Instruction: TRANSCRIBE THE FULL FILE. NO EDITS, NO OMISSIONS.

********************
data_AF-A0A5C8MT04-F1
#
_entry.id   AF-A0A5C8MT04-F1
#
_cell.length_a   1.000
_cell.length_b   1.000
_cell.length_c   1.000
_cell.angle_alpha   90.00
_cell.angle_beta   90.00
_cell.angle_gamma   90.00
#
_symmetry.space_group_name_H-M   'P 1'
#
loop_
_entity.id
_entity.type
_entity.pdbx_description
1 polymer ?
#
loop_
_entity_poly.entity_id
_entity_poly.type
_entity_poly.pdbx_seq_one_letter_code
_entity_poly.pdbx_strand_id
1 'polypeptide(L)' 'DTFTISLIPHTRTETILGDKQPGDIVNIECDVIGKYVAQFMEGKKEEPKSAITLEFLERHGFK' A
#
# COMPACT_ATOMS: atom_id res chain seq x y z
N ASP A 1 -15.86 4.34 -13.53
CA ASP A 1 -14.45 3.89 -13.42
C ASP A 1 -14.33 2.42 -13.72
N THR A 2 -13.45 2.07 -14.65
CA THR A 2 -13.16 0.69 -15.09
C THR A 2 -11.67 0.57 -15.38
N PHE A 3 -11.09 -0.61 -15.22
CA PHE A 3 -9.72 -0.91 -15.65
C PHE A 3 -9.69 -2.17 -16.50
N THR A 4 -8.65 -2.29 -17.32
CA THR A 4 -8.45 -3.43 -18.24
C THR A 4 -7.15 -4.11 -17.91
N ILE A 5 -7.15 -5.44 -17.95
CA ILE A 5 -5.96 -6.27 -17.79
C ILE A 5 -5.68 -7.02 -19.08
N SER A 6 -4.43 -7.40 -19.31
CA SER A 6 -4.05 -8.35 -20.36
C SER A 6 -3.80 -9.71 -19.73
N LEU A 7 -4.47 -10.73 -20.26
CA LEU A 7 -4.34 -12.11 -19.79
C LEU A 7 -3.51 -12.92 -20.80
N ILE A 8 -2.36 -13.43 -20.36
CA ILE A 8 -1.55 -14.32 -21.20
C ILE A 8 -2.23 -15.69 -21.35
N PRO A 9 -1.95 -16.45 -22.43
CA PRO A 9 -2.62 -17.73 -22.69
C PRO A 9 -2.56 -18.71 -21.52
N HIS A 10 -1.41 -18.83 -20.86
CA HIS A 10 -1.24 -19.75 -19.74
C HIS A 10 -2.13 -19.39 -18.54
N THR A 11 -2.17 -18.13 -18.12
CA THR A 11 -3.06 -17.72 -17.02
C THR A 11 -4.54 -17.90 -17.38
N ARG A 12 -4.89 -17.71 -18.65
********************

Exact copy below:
data_AF-A0A5C8MT04-F1
#
_entry.id   AF-A0A5C8MT04-F1
#
_cell.length_a   1.000
_cell.length_b   1.000
_cell.length_c   1.000
_cell.angle_alpha   90.00
_cell.angle_beta   90.00
_cell.angle_gamma   90.00
#
_symmetry.space_group_name_H-M   'P 1'
#
loop_
_entity.id
_entity.type
_entity.pdbx_description
1 polymer ?
#
loop_
_entity_poly.entity_id
_entity_poly.type
_entity_poly.pdbx_seq_one_letter_code
_entity_poly.pdbx_strand_id
1 'polypeptide(L)' 'DTFTISLIPHTRTETILGDKQPGDIVNIECDVIGKYVAQFMEGKKEEPKSAITLEFLERHGFK' A
#
# COMPACT_ATOMS: atom_id res chain seq x y z
N ASP A 1 -15.86 4.34 -13.53
CA ASP A 1 -14.45 3.89 -13.42
C ASP A 1 -14.33 2.42 -13.72
N THR A 2 -13.45 2.07 -14.65
CA THR A 2 -13.16 0.69 -15.09
C THR A 2 -11.67 0.57 -15.38
N PHE A 3 -11.09 -0.61 -15.22
CA PHE A 3 -9.72 -0.91 -15.65
C PHE A 3 -9.69 -2.17 -16.50
N THR A 4 -8.65 -2.29 -17.32
CA THR A 4 -8.45 -3.43 -18.24
C THR A 4 -7.15 -4.11 -17.91
N ILE A 5 -7.15 -5.44 -17.95
CA ILE A 5 -5.96 -6.27 -17.79
C ILE A 5 -5.68 -7.02 -19.08
N SER A 6 -4.43 -7.40 -19.31
CA SER A 6 -4.05 -8.35 -20.36
C SER A 6 -3.80 -9.71 -19.73
N LEU A 7 -4.47 -10.73 -20.26
CA LEU A 7 -4.34 -12.11 -19.79
C LEU A 7 -3.51 -12.92 -20.80
N ILE A 8 -2.36 -13.43 -20.36
CA ILE A 8 -1.55 -14.32 -21.20
C ILE A 8 -2.23 -15.69 -21.35
N PRO A 9 -1.95 -16.45 -22.43
CA PRO A 9 -2.62 -17.73 -22.69
C PRO A 9 -2.56 -18.71 -21.52
N HIS A 10 -1.41 -18.83 -20.86
CA HIS A 10 -1.24 -19.75 -19.74
C HIS A 10 -2.13 -19.39 -18.54
N THR A 11 -2.17 -18.13 -18.12
CA THR A 11 -3.06 -17.72 -17.02
C THR A 11 -4.54 -17.90 -17.38
N ARG A 12 -4.89 -17.71 -18.65